B. A. , French, magna cum laude, Truman State University, 2000
Year Matriculated into Graduate Program:
Medieval European History
Crusades; chivalry; Hundred Years’ War; late medieval religious history; material culture
Dissertation and Advisor
Dissertation: “Crusade and Chivalry in the Fourteenth Century: Philippe de Mézières and the Order of the Passion”
Abstract: Philippe de Mézières (~1327-1405) had a long and outstanding career as a knight, crusader, administrator, royal counselor, and diplomat. He had a lifelong preoccupation with the crusading cause, and in his later life, he worked tirelessly to promote a new crusade, urging the kings of France and England to make peace so that they could jointly lead a great expedition to reconquer Jerusalem. Philippe wrote extensively on the subject of the crusade – how an expedition ought to be organized, the form it ought to take, and the frame of mind in which it should be undertaken, for example. One theme to which he kept returning was a proposal for a crusading association of knights, the Order of the Passion, whose shining example would bring about a general reform of knighthood and unite the chivalry of Christendom in a march upon the Holy Land. He wrote several different versions of this proposal, and a list of names exists which is presumed to reflect those who had signed on to support the order or to personally join.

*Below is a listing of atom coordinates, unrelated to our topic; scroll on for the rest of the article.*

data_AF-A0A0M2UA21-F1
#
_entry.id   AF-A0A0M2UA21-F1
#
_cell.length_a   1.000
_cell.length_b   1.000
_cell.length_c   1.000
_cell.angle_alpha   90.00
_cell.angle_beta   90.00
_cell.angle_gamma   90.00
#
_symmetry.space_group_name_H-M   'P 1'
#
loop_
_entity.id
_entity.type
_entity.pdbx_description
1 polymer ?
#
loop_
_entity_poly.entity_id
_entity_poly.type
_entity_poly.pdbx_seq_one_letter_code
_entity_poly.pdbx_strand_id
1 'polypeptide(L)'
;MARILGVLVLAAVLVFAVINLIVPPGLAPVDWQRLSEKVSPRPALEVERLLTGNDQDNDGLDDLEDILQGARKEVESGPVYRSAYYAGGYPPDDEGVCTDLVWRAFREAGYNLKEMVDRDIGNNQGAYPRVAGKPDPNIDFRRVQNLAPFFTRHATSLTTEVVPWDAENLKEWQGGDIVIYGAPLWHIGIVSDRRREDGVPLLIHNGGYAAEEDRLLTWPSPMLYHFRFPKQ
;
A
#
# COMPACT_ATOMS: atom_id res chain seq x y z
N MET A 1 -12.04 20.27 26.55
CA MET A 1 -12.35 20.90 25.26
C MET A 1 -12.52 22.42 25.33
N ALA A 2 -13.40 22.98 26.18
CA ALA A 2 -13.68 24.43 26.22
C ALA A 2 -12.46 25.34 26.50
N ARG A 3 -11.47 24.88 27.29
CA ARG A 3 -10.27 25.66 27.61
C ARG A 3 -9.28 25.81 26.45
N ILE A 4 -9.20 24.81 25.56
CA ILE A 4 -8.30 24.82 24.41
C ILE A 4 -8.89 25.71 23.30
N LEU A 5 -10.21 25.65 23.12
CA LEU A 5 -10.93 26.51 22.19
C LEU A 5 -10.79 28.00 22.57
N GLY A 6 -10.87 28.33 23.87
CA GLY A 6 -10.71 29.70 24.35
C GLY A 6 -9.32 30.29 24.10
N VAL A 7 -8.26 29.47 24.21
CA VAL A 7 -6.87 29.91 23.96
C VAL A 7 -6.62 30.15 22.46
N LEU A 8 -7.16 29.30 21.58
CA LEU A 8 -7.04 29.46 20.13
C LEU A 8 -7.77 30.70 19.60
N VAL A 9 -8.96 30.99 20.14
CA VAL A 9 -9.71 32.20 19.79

Philippe’s influence within the fourteenth-century crusading movement is generally acknowledged, but still not adequately understood. The Order of the Passion, in particular, demands further study. Some of Philippe’s most important writings on the Order have never been adequately examined. My study will seek to address the following questions: What was the Order’s intended role within the crusading movement? Have we adequately understood its relation to Philippe’s broader plans for a crusade? How did his ideas evolve over time?
Advisor: Thomas F. Madden